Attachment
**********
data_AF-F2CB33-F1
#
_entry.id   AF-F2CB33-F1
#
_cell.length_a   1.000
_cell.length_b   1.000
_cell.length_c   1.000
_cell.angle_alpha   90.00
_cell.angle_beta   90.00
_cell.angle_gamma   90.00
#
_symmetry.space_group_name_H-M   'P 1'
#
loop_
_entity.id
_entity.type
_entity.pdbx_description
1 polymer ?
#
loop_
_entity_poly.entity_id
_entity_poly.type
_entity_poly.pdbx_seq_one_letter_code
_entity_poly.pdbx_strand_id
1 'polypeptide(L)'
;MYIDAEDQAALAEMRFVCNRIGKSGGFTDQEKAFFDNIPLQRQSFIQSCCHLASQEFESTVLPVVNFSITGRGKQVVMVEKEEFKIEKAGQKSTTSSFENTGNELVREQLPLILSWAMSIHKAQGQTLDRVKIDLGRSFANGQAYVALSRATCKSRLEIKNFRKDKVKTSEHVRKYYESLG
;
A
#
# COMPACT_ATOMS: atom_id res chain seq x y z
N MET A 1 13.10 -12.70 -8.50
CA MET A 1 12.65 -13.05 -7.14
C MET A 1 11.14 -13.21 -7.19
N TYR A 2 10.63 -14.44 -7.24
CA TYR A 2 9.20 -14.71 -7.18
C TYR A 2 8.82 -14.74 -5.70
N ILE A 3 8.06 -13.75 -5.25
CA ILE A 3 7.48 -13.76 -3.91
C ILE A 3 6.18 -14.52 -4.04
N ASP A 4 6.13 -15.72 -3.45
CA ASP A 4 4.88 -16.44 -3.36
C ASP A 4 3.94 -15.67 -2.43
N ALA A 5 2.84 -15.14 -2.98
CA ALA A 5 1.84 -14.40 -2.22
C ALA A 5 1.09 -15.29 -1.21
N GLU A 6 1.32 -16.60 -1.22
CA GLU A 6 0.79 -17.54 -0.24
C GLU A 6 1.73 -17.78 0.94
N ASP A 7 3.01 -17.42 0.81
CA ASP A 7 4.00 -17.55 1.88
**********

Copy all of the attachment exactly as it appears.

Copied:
data_AF-F2CB33-F1
#
_entry.id   AF-F2CB33-F1
#
_cell.length_a   1.000
_cell.length_b   1.000
_cell.length_c   1.000
_cell.angle_alpha   90.00
_cell.angle_beta   90.00
_cell.angle_gamma   90.00
#
_symmetry.space_group_name_H-M   'P 1'
#
loop_
_entity.id
_entity.type
_entity.pdbx_description
1 polymer ?
#
loop_
_entity_poly.entity_id
_entity_poly.type
_entity_poly.pdbx_seq_one_letter_code
_entity_poly.pdbx_strand_id
1 'polypeptide(L)'
;MYIDAEDQAALAEMRFVCNRIGKSGGFTDQEKAFFDNIPLQRQSFIQSCCHLASQEFESTVLPVVNFSITGRGKQVVMVEKEEFKIEKAGQKSTTSSFENTGNELVREQLPLILSWAMSIHKAQGQTLDRVKIDLGRSFANGQAYVALSRATCKSRLEIKNFRKDKVKTSEHVRKYYESLG
;
A
#
# COMPACT_ATOMS: atom_id res chain seq x y z
N MET A 1 13.10 -12.70 -8.50
CA MET A 1 12.65 -13.05 -7.14
C MET A 1 11.14 -13.21 -7.19
N TYR A 2 10.63 -14.44 -7.24
CA TYR A 2 9.20 -14.71 -7.18
C TYR A 2 8.82 -14.74 -5.70
N ILE A 3 8.06 -13.75 -5.25
CA ILE A 3 7.48 -13.76 -3.91
C ILE A 3 6.18 -14.52 -4.04
N ASP A 4 6.13 -15.72 -3.45
CA ASP A 4 4.88 -16.44 -3.36
C ASP A 4 3.94 -15.67 -2.43
N ALA A 5 2.84 -15.14 -2.98
CA ALA A 5 1.84 -14.40 -2.22
C ALA A 5 1.09 -15.29 -1.21
N GLU A 6 1.32 -16.60 -1.22
CA GLU A 6 0.79 -17.54 -0.24
C GLU A 6 1.73 -17.78 0.94
N ASP A 7 3.01 -17.42 0.81
CA ASP A 7 4.00 -17.55 1.88